Friday, June 24, 2016

Pretty, Disgusting: The Neon Demon



This review originally appeared on SFist.com.

You could toss any and all criticisms about Nicolas Winding Refn's new thriller The Neon Demon at me, and I'd probably agree with all of them. A preoccupation with style over story? Sure. One dimensional characters? Absolutely. Disgusting, distasteful, and disturbing? Indeed.

All of those criticisms, and plenty more, are completely valid. And yet I came out of The Neon Demon pretty sure I liked it, and a few days later, I was ordering the soundtrack and desperately wanting to watch it again.

The story, such as it is, is centered on Jessie (Elle Fanning), a 16-year-old beauty from Georgia who has come to Los Angeles to make it big. "I can't sing. I can't dance...No real talent. But I'm pretty. And I can make money off pretty," she tells her photographer/boyfriend as they sit in the Hollywood hills overlooking the glowing Los Angeles sprawl below them.

She befriends — in the loosest sense of the term "friend" — a makeup artist named Ruby (Jena Malone) and two established models named Gigi and Sarah (Bella Heathcote and Abbey Lee, both working models in real life). They, and everyone else Jessie meets — including a sleazy motel owner, played by Keanu Reeves — react to her like desperate, hungry predators eying some fresh prey.

Jessie's natural talent helps her rise quickly from amateur photoshoots to walking the runway at a hot designer's latest show, and her newfound friends aren't exactly congratulating her on her success. Perhaps they've seen All About Eve or Showgirls, and have figured out how these things usually end.

Like Showgirls, The Neon Demon could be viewed as a horribly wrongheaded attempt at making a serious thriller set within the world of female dominated entertainment, or a purposely campy and tongue-in-cheek parody of the same.

It's also like a live-action version of a Vogue editorial spread. You look at it, first admiring the pretty girls and their elaborate clothes. But then you notice they're in a room filled with really gruesome things...and that a necklace is actually blood from a throat wound; the photos are telling some kind of story, but you aren't really sure what it means...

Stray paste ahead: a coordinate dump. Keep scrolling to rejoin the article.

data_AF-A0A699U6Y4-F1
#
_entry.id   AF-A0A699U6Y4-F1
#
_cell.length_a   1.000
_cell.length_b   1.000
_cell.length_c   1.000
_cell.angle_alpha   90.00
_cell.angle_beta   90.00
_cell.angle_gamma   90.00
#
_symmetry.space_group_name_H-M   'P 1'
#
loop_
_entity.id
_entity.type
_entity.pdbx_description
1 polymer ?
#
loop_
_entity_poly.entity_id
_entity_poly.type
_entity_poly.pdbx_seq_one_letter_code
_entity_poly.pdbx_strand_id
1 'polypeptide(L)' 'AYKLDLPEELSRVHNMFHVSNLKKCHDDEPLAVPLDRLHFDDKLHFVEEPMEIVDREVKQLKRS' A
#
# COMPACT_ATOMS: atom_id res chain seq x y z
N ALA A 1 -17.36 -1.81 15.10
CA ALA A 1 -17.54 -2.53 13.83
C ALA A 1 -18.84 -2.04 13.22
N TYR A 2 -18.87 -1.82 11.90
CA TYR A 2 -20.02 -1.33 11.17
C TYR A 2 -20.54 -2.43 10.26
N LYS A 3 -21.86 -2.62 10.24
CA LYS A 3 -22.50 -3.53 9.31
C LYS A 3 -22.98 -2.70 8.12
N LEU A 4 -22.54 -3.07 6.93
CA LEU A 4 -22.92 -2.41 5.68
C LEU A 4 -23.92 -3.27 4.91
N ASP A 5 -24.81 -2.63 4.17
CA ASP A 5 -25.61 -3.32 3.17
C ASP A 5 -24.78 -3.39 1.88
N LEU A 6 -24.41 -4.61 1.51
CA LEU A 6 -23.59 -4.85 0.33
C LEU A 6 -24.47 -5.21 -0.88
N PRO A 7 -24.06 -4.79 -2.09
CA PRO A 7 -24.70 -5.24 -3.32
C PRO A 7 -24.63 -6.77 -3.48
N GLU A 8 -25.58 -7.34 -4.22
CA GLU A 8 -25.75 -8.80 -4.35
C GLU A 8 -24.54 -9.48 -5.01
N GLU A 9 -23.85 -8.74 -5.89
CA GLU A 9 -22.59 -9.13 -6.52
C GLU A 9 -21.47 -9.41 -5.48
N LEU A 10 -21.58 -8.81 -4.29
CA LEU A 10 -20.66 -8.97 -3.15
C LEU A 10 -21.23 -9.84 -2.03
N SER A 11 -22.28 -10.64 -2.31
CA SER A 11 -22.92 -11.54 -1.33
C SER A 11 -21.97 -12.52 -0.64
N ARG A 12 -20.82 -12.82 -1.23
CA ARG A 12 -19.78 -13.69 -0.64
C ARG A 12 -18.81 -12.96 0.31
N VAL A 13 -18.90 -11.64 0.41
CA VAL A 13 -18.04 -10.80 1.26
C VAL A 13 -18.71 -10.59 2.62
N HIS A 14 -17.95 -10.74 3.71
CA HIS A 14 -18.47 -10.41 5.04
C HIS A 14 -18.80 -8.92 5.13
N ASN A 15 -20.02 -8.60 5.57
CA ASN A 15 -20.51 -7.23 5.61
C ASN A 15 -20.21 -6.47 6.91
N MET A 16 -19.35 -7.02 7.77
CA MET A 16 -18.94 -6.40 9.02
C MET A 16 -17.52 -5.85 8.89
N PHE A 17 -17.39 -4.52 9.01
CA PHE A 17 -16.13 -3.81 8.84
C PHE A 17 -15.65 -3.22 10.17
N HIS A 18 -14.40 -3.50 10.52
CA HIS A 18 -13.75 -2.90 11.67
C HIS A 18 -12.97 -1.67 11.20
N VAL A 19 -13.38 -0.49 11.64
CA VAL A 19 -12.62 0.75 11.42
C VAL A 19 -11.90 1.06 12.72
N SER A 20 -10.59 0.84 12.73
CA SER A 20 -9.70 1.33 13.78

Fashion and images of violence have a longstanding and often troubling association. Guy Bourdin and Helmut Newton were famous for their masochistic photospreads, and thrillers like The Eyes of Laura Mars and Lipstick were playing off the violent associations over 30 years ago. So, really, the world of modeling is the perfect fit for Refn, who has always preferred that one-dimensional characters inhabit his moody and violent movies. (If you want some idea what you might be getting into, check out 2011's Drive.)

The Neon Demon is Refn's moodiest movie yet. When I think back on it, unforgettable graphic images come to mind. Graphic in the horror movie sense, yes (it's like an even bloodier version of Dario Argento). But also in the design sense. Jessie's walk down a runway that turns into a red neon vortex of mirrors; a nightmare where hands attempt to push through rubbery wallpapered walls; Jessie laying in a pool of blood that may or may not be fake; a mountain lion in a motel room.

Refn films beautiful things, and ugly things that look beautiful, and combined with the perfect electronic score by frequent collaborator Cliff Martinez, it becomes something completely hypnotic. The Neon Demon may not have great dialogue, or a realistic story, or any character you can actually root for. But it's pretty. And I can watch pretty.

No comments: